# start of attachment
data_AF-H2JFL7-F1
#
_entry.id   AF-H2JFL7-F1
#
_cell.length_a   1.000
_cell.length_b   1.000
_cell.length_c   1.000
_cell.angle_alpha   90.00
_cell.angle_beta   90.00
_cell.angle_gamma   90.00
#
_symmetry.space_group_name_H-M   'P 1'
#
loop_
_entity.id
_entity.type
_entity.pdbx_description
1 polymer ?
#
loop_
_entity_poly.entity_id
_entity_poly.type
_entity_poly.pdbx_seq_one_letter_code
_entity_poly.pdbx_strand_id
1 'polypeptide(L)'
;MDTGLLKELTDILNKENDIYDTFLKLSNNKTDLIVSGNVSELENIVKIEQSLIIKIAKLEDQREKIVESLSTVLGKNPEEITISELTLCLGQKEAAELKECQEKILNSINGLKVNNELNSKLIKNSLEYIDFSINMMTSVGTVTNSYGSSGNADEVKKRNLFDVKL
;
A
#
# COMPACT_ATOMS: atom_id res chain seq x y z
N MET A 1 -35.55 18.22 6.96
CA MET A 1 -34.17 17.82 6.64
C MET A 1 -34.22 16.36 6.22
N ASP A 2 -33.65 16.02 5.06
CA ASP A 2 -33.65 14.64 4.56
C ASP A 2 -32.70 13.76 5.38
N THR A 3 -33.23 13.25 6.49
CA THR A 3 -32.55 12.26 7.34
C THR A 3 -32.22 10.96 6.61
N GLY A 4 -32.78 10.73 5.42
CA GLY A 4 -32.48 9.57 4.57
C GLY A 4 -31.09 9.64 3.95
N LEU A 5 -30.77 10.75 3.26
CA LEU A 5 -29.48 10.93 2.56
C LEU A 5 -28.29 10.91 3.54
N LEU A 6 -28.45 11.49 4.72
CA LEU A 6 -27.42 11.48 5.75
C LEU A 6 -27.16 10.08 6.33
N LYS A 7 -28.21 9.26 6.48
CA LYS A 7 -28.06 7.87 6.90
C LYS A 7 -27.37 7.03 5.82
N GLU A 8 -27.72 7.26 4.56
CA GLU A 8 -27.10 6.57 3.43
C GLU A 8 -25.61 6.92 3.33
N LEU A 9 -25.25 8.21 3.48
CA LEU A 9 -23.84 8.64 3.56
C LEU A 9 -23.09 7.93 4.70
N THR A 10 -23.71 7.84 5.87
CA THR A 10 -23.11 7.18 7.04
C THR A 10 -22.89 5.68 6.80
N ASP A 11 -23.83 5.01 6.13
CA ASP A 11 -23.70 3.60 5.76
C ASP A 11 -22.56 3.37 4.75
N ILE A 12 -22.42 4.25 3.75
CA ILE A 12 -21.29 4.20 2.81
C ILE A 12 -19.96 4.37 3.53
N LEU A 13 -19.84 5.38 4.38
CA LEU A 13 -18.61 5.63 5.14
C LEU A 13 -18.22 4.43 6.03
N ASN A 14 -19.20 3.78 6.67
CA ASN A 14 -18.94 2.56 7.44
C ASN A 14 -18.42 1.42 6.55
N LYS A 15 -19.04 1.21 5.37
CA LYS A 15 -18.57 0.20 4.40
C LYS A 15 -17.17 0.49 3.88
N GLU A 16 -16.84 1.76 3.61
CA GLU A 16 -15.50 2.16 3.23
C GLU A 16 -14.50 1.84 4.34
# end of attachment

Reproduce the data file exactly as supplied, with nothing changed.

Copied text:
data_AF-H2JFL7-F1
#
_entry.id   AF-H2JFL7-F1
#
_cell.length_a   1.000
_cell.length_b   1.000
_cell.length_c   1.000
_cell.angle_alpha   90.00
_cell.angle_beta   90.00
_cell.angle_gamma   90.00
#
_symmetry.space_group_name_H-M   'P 1'
#
loop_
_entity.id
_entity.type
_entity.pdbx_description
1 polymer ?
#
loop_
_entity_poly.entity_id
_entity_poly.type
_entity_poly.pdbx_seq_one_letter_code
_entity_poly.pdbx_strand_id
1 'polypeptide(L)'
;MDTGLLKELTDILNKENDIYDTFLKLSNNKTDLIVSGNVSELENIVKIEQSLIIKIAKLEDQREKIVESLSTVLGKNPEEITISELTLCLGQKEAAELKECQEKILNSINGLKVNNELNSKLIKNSLEYIDFSINMMTSVGTVTNSYGSSGNADEVKKRNLFDVKL
;
A
#
# COMPACT_ATOMS: atom_id res chain seq x y z
N MET A 1 -35.55 18.22 6.96
CA MET A 1 -34.17 17.82 6.64
C MET A 1 -34.22 16.36 6.22
N ASP A 2 -33.65 16.02 5.06
CA ASP A 2 -33.65 14.64 4.56
C ASP A 2 -32.70 13.76 5.38
N THR A 3 -33.23 13.25 6.49
CA THR A 3 -32.55 12.26 7.34
C THR A 3 -32.22 10.96 6.61
N GLY A 4 -32.78 10.73 5.42
CA GLY A 4 -32.48 9.57 4.57
C GLY A 4 -31.09 9.64 3.95
N LEU A 5 -30.77 10.75 3.26
CA LEU A 5 -29.48 10.93 2.56
C LEU A 5 -28.29 10.91 3.54
N LEU A 6 -28.45 11.49 4.72
CA LEU A 6 -27.42 11.48 5.75
C LEU A 6 -27.16 10.08 6.33
N LYS A 7 -28.21 9.26 6.48
CA LYS A 7 -28.06 7.87 6.90
C LYS A 7 -27.37 7.03 5.82
N GLU A 8 -27.72 7.26 4.56
CA GLU A 8 -27.10 6.57 3.43
C GLU A 8 -25.61 6.92 3.33
N LEU A 9 -25.25 8.21 3.48
CA LEU A 9 -23.84 8.64 3.56
C LEU A 9 -23.09 7.93 4.70
N THR A 10 -23.71 7.84 5.87
CA THR A 10 -23.11 7.18 7.04
C THR A 10 -22.89 5.68 6.80
N ASP A 11 -23.83 5.01 6.13
CA ASP A 11 -23.70 3.60 5.76
C ASP A 11 -22.56 3.37 4.75
N ILE A 12 -22.42 4.25 3.75
CA ILE A 12 -21.29 4.20 2.81
C ILE A 12 -19.96 4.37 3.53
N LEU A 13 -19.84 5.38 4.38
CA LEU A 13 -18.61 5.63 5.14
C LEU A 13 -18.22 4.43 6.03
N ASN A 14 -19.20 3.78 6.67
CA ASN A 14 -18.94 2.56 7.44
C ASN A 14 -18.42 1.42 6.55
N LYS A 15 -19.04 1.21 5.37
CA LYS A 15 -18.57 0.20 4.40
C LYS A 15 -17.17 0.49 3.88
N GLU A 16 -16.84 1.76 3.61
CA GLU A 16 -15.50 2.16 3.23
C GLU A 16 -14.50 1.84 4.34